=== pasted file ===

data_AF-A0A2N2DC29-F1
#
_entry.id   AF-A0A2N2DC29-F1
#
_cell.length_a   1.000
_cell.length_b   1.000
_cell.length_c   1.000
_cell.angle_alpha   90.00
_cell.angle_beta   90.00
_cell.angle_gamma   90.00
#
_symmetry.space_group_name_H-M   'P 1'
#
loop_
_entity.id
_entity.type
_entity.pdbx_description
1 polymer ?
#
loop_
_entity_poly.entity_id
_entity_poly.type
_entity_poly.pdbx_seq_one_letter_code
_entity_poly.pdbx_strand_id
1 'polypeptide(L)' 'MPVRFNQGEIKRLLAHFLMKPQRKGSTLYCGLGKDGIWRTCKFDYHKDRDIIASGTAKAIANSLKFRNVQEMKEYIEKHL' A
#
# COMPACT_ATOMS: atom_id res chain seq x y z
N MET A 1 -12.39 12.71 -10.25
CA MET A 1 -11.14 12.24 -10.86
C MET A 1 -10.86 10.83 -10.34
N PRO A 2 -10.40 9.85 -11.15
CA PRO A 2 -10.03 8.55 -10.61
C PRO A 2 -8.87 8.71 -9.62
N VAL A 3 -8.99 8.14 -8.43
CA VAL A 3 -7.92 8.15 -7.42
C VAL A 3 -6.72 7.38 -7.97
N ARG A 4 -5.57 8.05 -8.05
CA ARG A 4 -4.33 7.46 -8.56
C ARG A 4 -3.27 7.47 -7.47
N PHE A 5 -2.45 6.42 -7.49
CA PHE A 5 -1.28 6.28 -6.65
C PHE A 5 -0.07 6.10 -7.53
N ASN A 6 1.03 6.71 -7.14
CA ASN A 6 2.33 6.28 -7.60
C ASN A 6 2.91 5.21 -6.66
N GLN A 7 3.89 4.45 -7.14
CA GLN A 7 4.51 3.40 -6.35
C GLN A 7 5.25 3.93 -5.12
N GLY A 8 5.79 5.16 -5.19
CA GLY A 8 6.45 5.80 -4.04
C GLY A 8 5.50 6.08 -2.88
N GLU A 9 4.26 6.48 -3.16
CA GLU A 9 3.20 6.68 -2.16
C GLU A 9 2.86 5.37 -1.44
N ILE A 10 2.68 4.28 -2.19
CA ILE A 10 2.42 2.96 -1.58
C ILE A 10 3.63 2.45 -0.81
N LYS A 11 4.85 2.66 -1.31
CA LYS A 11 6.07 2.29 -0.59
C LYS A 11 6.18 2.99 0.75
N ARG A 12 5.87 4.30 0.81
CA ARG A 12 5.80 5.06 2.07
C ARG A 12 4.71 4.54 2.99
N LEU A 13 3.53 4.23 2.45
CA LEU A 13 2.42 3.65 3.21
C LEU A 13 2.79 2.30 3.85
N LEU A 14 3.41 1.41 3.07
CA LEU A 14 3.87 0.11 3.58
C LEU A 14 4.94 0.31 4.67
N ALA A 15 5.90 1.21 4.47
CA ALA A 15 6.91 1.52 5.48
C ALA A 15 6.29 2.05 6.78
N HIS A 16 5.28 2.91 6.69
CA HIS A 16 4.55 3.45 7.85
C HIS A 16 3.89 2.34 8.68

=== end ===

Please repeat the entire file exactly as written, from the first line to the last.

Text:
data_AF-A0A2N2DC29-F1
#
_entry.id   AF-A0A2N2DC29-F1
#
_cell.length_a   1.000
_cell.length_b   1.000
_cell.length_c   1.000
_cell.angle_alpha   90.00
_cell.angle_beta   90.00
_cell.angle_gamma   90.00
#
_symmetry.space_group_name_H-M   'P 1'
#
loop_
_entity.id
_entity.type
_entity.pdbx_description
1 polymer ?
#
loop_
_entity_poly.entity_id
_entity_poly.type
_entity_poly.pdbx_seq_one_letter_code
_entity_poly.pdbx_strand_id
1 'polypeptide(L)' 'MPVRFNQGEIKRLLAHFLMKPQRKGSTLYCGLGKDGIWRTCKFDYHKDRDIIASGTAKAIANSLKFRNVQEMKEYIEKHL' A
#
# COMPACT_ATOMS: atom_id res chain seq x y z
N MET A 1 -12.39 12.71 -10.25
CA MET A 1 -11.14 12.24 -10.86
C MET A 1 -10.86 10.83 -10.34
N PRO A 2 -10.40 9.85 -11.15
CA PRO A 2 -10.03 8.55 -10.61
C PRO A 2 -8.87 8.71 -9.62
N VAL A 3 -8.99 8.14 -8.43
CA VAL A 3 -7.92 8.15 -7.42
C VAL A 3 -6.72 7.38 -7.97
N ARG A 4 -5.57 8.05 -8.05
CA ARG A 4 -4.33 7.46 -8.56
C ARG A 4 -3.27 7.47 -7.47
N PHE A 5 -2.45 6.42 -7.49
CA PHE A 5 -1.28 6.28 -6.65
C PHE A 5 -0.07 6.10 -7.53
N ASN A 6 1.03 6.71 -7.14
CA ASN A 6 2.33 6.28 -7.60
C ASN A 6 2.91 5.21 -6.66
N GLN A 7 3.89 4.45 -7.14
CA GLN A 7 4.51 3.40 -6.35
C GLN A 7 5.25 3.93 -5.12
N GLY A 8 5.79 5.16 -5.19
CA GLY A 8 6.45 5.80 -4.04
C GLY A 8 5.50 6.08 -2.88
N GLU A 9 4.26 6.48 -3.16
CA GLU A 9 3.20 6.68 -2.16
C GLU A 9 2.86 5.37 -1.44
N ILE A 10 2.68 4.28 -2.19
CA ILE A 10 2.42 2.96 -1.58
C ILE A 10 3.63 2.45 -0.81
N LYS A 11 4.85 2.66 -1.31
CA LYS A 11 6.07 2.29 -0.59
C LYS A 11 6.18 2.99 0.75
N ARG A 12 5.87 4.30 0.81
CA ARG A 12 5.80 5.06 2.07
C ARG A 12 4.71 4.54 2.99
N LEU A 13 3.53 4.23 2.45
CA LEU A 13 2.42 3.65 3.21
C LEU A 13 2.79 2.30 3.85
N LEU A 14 3.41 1.41 3.07
CA LEU A 14 3.87 0.11 3.58
C LEU A 14 4.94 0.31 4.67
N ALA A 15 5.90 1.21 4.47
CA ALA A 15 6.91 1.52 5.48
C ALA A 15 6.29 2.05 6.78
N HIS A 16 5.28 2.91 6.69
CA HIS A 16 4.55 3.45 7.85
C HIS A 16 3.89 2.34 8.68